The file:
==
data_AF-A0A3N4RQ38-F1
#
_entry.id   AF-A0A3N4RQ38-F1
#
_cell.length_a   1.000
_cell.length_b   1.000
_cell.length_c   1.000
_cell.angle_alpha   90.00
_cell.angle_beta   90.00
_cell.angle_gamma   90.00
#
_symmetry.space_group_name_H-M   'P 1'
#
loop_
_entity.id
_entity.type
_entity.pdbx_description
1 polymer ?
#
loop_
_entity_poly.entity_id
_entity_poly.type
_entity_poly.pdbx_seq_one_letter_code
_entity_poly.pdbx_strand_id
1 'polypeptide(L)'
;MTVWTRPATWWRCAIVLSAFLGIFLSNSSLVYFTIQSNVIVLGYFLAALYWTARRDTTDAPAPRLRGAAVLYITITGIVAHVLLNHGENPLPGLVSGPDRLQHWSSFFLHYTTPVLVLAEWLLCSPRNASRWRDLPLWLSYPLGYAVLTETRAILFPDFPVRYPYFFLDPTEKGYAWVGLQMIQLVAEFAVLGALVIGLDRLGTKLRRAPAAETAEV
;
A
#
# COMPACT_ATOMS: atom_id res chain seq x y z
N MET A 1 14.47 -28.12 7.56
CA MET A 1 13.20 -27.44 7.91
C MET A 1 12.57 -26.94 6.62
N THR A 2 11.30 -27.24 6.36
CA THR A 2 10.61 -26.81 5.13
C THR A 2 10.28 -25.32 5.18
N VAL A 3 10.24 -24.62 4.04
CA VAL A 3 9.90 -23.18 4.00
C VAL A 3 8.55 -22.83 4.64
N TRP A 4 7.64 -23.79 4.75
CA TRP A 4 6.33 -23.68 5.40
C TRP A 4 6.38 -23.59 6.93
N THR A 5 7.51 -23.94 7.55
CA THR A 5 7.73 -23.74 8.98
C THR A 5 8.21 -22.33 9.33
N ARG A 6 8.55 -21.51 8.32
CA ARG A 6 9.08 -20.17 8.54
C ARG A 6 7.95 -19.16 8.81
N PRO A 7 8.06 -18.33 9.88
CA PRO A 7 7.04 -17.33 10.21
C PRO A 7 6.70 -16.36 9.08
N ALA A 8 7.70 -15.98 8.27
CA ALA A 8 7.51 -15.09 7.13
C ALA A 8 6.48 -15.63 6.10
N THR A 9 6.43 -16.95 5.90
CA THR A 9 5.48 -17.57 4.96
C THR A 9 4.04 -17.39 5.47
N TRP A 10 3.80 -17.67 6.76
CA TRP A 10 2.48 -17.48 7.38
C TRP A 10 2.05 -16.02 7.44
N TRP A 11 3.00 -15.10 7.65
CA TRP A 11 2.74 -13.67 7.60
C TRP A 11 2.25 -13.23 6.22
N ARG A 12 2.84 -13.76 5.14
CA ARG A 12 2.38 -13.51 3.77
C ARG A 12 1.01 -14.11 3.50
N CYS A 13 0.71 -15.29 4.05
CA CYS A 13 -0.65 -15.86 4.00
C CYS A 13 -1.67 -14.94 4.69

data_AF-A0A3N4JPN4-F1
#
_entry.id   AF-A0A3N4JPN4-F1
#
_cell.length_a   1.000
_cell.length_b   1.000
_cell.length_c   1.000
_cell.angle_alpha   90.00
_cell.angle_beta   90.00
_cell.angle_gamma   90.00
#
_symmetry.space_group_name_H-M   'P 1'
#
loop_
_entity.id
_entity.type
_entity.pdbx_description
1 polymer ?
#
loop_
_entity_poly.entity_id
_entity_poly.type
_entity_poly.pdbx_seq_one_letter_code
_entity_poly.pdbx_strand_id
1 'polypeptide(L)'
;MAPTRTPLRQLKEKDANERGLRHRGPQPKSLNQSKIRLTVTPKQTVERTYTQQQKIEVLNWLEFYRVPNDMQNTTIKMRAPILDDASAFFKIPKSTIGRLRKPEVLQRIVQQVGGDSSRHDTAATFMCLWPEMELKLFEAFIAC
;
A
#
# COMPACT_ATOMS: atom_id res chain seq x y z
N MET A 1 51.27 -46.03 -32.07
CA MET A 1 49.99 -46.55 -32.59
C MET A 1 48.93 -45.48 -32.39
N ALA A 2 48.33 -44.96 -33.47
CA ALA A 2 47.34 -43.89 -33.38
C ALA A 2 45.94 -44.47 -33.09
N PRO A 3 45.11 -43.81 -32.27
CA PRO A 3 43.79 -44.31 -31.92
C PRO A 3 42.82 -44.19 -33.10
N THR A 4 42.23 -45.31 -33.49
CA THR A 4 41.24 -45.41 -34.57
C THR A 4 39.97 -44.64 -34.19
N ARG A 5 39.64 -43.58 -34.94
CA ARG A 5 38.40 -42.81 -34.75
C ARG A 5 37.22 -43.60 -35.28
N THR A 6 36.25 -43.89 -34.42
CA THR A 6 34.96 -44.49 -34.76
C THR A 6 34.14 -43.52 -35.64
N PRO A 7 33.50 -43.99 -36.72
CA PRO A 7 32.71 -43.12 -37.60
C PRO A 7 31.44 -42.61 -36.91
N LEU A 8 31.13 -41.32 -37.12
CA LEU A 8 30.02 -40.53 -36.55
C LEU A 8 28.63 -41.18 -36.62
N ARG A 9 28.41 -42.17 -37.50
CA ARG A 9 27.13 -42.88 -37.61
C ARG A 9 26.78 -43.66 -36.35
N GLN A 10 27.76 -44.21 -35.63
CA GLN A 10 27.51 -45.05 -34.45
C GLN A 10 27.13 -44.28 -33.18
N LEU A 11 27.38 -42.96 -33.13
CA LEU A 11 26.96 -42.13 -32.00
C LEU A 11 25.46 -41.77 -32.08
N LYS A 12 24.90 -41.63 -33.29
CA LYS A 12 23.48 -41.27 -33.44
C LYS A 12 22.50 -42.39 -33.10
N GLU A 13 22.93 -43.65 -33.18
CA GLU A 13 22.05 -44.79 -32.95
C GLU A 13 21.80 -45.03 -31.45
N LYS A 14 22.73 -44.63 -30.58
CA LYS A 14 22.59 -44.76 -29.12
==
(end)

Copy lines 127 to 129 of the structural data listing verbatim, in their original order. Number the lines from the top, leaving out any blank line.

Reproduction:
N GLN A 10 27.76 -44.21 -35.63
CA GLN A 10 27.51 -45.05 -34.45
C GLN A 10 27.13 -44.28 -33.18